Thank you for your comprehensive e-mail attacking Barack Obama's politics, religion and ancestry. What, not his choice in neckties?
It wasn't the scope of your dissatisfaction with the junior senator from Illinois that disappointed - it was certainly wide enough - but the insipid language in which you expressed it. It makes one wonder what ever happened to the art of insult in this country.
We still have the insults but not the art. Where has it gone - the wit, the brevity, the intellect, the finely honed viciousness, the perfect touch?
Every four years, we hear about how this presidential campaign is the most vitriolic ever, but a little historical perspective would reveal that contemporary political races are mild affairs indeed compared to, say, the showdown between John Adams and Thomas Jefferson in 1800. If you believed both sides in that contest, the country had a choice that year between a royalist tyrant and a libertine atheist.
The passage of time, and the human propensity toward ancestor worship, now has crowned both Adams and Jefferson with halos in the popular imagination. But contrary to legend, the Founding Fathers were not a collection of plaster saints. Their driving ambition, their zeal for their country's honor and their own, their unbridled competition for the public's favor - it would all make the current Clinton-Obama match-up look like a ladies' tea. Without the sophistication.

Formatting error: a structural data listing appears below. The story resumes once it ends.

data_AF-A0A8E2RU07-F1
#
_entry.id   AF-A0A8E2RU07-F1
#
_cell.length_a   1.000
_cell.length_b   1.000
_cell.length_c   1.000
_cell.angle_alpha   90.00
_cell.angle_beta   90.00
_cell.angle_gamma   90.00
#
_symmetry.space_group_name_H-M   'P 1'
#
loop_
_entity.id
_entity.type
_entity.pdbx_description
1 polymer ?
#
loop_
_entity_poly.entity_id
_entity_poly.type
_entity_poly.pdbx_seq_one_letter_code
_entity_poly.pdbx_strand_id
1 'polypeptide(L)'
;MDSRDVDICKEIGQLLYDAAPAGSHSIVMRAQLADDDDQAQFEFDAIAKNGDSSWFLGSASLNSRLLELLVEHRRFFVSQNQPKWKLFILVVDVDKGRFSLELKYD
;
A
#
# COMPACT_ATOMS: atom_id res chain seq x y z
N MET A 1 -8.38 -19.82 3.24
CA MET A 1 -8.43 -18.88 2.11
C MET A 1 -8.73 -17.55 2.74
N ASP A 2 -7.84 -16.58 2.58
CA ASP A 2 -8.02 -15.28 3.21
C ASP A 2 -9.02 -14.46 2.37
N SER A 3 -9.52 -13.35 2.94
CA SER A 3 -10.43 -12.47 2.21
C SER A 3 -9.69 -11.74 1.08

What are we to make of your attempt at diatribe? It starts off with the less than original observation that the acorn doesn't fall far from the tree, and goes on to note that "in Obama's case, it is reported, and not denied, that his mother was an atheist and her two chosen husbands were Muslims." Which leads you to this rousing peroration, which turns out to be more of an anti-climax: "In my opinion, if this man is elected president, our country will enter a period of total eclipse in regard to good political and economic decisions."
Sir, we live in meager times for rhetoric when that kind of plodding prose can pass for vilification. You sound as if you're responding to an offer in a mail-order catalogue. "In regard to," indeed.
Just compare your long-winded aspersions on Sen. Obama's lineage to John Adams' concise summation of his fellow founding father, Alexander Hamilton, whom he dismissed as the "bastard brat of a Scotch pedlar."